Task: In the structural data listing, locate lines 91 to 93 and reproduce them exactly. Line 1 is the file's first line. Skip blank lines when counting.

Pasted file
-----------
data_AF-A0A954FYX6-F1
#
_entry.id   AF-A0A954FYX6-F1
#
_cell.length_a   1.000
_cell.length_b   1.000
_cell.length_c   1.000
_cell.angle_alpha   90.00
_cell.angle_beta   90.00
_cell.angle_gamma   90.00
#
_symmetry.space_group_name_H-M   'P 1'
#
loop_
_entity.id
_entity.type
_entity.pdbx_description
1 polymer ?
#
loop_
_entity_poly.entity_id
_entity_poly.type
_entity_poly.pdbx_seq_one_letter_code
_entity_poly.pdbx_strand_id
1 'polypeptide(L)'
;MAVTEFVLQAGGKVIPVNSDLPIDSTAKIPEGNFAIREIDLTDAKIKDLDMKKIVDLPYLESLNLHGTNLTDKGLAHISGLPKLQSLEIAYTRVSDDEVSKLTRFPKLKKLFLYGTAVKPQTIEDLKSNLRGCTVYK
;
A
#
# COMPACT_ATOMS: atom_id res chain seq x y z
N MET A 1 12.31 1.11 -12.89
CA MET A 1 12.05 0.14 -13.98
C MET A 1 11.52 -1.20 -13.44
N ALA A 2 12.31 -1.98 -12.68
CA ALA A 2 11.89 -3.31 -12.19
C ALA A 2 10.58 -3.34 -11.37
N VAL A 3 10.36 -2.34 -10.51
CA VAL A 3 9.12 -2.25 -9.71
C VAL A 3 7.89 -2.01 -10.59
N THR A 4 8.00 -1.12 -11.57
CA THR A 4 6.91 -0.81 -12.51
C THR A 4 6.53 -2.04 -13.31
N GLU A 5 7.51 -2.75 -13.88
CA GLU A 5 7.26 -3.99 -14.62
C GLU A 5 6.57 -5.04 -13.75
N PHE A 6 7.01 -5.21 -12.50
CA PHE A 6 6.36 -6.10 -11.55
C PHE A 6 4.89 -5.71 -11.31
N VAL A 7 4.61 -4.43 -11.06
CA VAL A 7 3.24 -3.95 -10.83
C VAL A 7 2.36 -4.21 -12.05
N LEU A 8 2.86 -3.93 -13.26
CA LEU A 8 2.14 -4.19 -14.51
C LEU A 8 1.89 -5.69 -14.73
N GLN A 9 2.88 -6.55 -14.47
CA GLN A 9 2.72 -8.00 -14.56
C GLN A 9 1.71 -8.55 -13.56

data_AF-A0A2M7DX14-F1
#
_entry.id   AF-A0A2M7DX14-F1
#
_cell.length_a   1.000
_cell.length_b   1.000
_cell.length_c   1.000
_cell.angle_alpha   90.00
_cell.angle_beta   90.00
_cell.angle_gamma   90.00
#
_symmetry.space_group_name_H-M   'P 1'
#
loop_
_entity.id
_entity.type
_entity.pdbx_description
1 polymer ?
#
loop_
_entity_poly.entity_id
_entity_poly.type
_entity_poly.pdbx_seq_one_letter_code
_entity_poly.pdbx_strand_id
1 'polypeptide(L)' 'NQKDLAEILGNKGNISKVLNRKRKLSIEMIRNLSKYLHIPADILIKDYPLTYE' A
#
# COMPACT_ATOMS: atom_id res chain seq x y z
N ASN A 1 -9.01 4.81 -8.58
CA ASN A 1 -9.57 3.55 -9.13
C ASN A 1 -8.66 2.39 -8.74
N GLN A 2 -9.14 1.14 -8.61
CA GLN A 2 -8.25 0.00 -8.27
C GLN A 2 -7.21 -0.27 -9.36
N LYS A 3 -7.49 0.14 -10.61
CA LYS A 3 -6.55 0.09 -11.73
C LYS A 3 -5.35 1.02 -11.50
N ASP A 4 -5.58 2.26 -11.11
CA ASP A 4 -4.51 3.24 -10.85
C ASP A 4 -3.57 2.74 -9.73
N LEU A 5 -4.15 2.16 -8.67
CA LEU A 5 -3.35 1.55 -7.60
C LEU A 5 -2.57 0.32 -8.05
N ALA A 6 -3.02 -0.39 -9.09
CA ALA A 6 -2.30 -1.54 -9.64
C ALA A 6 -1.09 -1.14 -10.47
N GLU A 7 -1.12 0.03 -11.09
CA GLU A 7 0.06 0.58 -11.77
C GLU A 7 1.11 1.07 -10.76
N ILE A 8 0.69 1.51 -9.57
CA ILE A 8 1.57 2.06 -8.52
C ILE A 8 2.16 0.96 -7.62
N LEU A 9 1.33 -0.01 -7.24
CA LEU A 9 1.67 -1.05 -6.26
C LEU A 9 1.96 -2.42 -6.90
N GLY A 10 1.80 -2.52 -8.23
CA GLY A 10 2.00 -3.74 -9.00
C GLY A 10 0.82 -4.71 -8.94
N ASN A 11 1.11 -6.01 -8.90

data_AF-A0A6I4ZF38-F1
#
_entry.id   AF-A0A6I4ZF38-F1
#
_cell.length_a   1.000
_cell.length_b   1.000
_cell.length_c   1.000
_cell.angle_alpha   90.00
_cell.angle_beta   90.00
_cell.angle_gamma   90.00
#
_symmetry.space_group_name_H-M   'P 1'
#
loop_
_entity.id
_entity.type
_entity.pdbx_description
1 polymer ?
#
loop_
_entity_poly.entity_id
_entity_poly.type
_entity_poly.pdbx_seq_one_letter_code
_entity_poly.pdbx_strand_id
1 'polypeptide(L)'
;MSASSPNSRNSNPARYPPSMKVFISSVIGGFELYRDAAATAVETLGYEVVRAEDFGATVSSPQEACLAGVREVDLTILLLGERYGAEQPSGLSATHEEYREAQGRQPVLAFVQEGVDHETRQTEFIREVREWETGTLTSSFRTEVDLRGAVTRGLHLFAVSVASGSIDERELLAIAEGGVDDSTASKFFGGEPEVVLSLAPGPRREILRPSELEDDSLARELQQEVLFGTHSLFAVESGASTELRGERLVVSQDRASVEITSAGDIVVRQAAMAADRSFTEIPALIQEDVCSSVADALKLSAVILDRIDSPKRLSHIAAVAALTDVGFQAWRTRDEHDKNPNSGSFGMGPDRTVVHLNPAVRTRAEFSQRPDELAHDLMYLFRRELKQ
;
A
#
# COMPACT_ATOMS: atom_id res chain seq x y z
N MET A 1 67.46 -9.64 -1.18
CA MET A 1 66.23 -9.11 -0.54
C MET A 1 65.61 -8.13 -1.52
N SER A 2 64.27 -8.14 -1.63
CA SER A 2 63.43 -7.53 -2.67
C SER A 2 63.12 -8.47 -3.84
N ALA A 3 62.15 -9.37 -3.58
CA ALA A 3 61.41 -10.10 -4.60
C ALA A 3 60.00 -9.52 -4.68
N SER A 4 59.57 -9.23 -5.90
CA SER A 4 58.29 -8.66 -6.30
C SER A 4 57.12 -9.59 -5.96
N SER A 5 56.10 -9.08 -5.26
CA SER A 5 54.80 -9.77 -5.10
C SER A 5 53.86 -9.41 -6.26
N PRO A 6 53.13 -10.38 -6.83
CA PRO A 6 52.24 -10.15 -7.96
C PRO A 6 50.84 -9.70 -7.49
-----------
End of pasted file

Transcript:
N LYS A 3 -7.49 0.14 -10.61
CA LYS A 3 -6.55 0.09 -11.73
C LYS A 3 -5.35 1.02 -11.50